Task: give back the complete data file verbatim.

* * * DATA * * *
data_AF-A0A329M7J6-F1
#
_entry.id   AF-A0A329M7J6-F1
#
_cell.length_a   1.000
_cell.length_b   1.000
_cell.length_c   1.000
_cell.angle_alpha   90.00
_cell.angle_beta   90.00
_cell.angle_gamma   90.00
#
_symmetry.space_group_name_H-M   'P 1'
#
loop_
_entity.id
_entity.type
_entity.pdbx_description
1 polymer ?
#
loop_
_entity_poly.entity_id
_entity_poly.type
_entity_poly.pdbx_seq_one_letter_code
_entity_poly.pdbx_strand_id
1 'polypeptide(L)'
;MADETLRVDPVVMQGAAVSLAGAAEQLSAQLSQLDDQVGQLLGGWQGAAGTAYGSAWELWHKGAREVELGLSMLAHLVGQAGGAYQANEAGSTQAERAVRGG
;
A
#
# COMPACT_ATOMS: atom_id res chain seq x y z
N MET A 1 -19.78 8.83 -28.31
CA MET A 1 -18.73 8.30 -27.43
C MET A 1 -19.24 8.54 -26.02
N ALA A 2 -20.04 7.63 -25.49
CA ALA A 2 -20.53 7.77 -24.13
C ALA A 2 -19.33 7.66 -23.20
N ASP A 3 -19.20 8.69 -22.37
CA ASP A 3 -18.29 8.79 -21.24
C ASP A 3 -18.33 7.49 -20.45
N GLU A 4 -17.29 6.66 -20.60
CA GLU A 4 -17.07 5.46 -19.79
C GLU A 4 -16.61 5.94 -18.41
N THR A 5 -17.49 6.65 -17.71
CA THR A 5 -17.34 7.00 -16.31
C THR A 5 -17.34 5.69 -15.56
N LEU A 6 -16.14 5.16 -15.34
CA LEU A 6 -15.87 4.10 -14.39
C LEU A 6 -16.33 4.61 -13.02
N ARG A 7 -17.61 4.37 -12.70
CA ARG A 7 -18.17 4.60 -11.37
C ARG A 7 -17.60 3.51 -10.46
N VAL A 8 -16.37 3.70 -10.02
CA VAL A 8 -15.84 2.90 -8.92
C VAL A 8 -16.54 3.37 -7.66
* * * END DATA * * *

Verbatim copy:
data_AF-A0A329M7J6-F1
#
_entry.id   AF-A0A329M7J6-F1
#
_cell.length_a   1.000
_cell.length_b   1.000
_cell.length_c   1.000
_cell.angle_alpha   90.00
_cell.angle_beta   90.00
_cell.angle_gamma   90.00
#
_symmetry.space_group_name_H-M   'P 1'
#
loop_
_entity.id
_entity.type
_entity.pdbx_description
1 polymer ?
#
loop_
_entity_poly.entity_id
_entity_poly.type
_entity_poly.pdbx_seq_one_letter_code
_entity_poly.pdbx_strand_id
1 'polypeptide(L)'
;MADETLRVDPVVMQGAAVSLAGAAEQLSAQLSQLDDQVGQLLGGWQGAAGTAYGSAWELWHKGAREVELGLSMLAHLVGQAGGAYQANEAGSTQAERAVRGG
;
A
#
# COMPACT_ATOMS: atom_id res chain seq x y z
N MET A 1 -19.78 8.83 -28.31
CA MET A 1 -18.73 8.30 -27.43
C MET A 1 -19.24 8.54 -26.02
N ALA A 2 -20.04 7.63 -25.49
CA ALA A 2 -20.53 7.77 -24.13
C ALA A 2 -19.33 7.66 -23.20
N ASP A 3 -19.20 8.69 -22.37
CA ASP A 3 -18.29 8.79 -21.24
C ASP A 3 -18.33 7.49 -20.45
N GLU A 4 -17.29 6.66 -20.60
CA GLU A 4 -17.07 5.46 -19.79
C GLU A 4 -16.61 5.94 -18.41
N THR A 5 -17.49 6.65 -17.71
CA THR A 5 -17.34 7.00 -16.31
C THR A 5 -17.34 5.69 -15.56
N LEU A 6 -16.14 5.16 -15.34
CA LEU A 6 -15.87 4.10 -14.39
C LEU A 6 -16.33 4.61 -13.02
N ARG A 7 -17.61 4.37 -12.70
CA ARG A 7 -18.17 4.60 -11.37
C ARG A 7 -17.60 3.51 -10.46
N VAL A 8 -16.37 3.70 -10.02
CA VAL A 8 -15.84 2.90 -8.92
C VAL A 8 -16.54 3.37 -7.66